First the good news: Nintendo’s 3DS will hit the US on March 27, 2011 for $249. That’s less than the speculated $299 price and a good deal considering the international 3DS price but still $70 more than the current most expensive Game Boy. The 3DS comes packaged with a charging dock and a 2GB SD card. Cosmos Black and Aqua Blue are going to be available in North America and Japan at launch.
The 3DS is the next-gen Nintendo DSi. The form factor is the same and it still uses a touchscreen for the bottom screen with a unique glasses-free 3D screen above it. There’s an analog nub above the traditional 4-way pad and the top screen is 10% wider. The 3DS is backwards compatible with DS and DSI games but they’ll just work in boring ol’ 2D. There’s even a Blackberry-ish notification light on the top corner to indicate if data is incoming or outgoing.
Here are the official pictures of the hardware:[gallery columns="3"]
Games! Games! Games!
As Reggie Fils-Aime, President and COO of Nintendo of America stated during the 3DS press announcement, the 3DS’s launch support is robust in terms of game support. Pilotwings Resort, Nintendogs + Cats, and Steeldriver will launch alongside the 3DS. Then there’s Zelda, Ocarina of Time 3D, Kid Icarus Uprising, Dead or Alive Dimensions, Pro Evolution Soccer 2011 3D, a new 3D Madden game, and Super Street Fighter IV 3D plus so much more as well. There will be “30+ titles” in the initial launch window of when the system is released and the gaming conference, E3, which happens in June.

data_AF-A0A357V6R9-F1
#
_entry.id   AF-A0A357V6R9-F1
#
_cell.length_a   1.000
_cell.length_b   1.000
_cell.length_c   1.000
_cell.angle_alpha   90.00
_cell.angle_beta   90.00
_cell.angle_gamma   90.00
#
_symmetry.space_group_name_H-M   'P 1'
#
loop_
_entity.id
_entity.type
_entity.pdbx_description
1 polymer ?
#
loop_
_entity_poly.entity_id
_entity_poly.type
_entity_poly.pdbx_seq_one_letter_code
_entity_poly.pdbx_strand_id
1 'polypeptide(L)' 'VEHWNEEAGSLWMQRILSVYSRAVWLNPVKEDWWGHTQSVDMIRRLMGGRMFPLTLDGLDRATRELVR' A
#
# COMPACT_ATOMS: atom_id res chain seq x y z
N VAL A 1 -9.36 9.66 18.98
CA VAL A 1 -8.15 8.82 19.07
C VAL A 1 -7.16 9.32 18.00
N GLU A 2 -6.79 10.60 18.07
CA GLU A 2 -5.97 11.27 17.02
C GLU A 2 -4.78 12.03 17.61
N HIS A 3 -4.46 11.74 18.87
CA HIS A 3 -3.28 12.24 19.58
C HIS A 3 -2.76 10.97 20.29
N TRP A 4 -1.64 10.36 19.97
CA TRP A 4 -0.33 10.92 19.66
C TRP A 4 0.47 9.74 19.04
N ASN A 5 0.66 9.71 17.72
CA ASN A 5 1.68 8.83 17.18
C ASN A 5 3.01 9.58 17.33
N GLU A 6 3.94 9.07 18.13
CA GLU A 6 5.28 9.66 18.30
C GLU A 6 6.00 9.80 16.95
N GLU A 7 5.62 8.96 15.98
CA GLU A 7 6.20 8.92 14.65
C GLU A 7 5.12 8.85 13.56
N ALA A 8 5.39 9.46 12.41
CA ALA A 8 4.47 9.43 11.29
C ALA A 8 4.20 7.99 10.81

Forget cartridges though — well, sort of. The Nintendo e-shop will launch with the 3DS and provide digital downloads of Game Boy and Game Boy color hits. New games will eventually hit the store as well. The outlet will also feature demos and videos of upcoming games.
The 3DS just isn’t about gaming, either. The portable system can also playback 3D videos and capture 3D pictures as well. Two outward facing cameras are used for this mode while one inward facing camera captures the gamer in action and allows for a personalized Mii through the Mii Maker app. There’s also a pedometer app for tracking and encouraging movement. A just-announced Internet browser and Home button placed under the touchscreen reaffirms Nintendo is positioning this unit as more than a gaming device.
Nintendo announced the 3DS, although it wasn’t officially named yet, back on March 23, 2010. It kind of came out of no where and most believed that Nintendo was forced to announce it to stem a leak. It wasn’t until E3 2010 in June that the company actually showed it off to the world. They actually paraded demo units out strapped-down to beautiful models at their press conference. We then got to spend a bit a time with the system but only tech demos were loaded onto the systems.
The 3DS’s price and release date were then announced, but only for the Japanese market. Still, the February 26th date lead most to believe that a worldwide launch would then come in March. This of course was just confirmed.
So now what?
At $249, the 3DS isn’t cheap. But Nintendo is on a streak lately. The Wii sold like a jillion units, and the DS is more popular than Bieber. That doesn’t mean it won’t flop though.
Early reports out of Japan indicated that some people were getting sick looking at the 3D screen and I found that I couldn’t make out the 3D in some of the E3 demos. Plus, it’s rather expensive. Is it going to be the next Virtual Boy? It’s up to you (and your kids).
Update: A hands-on report and more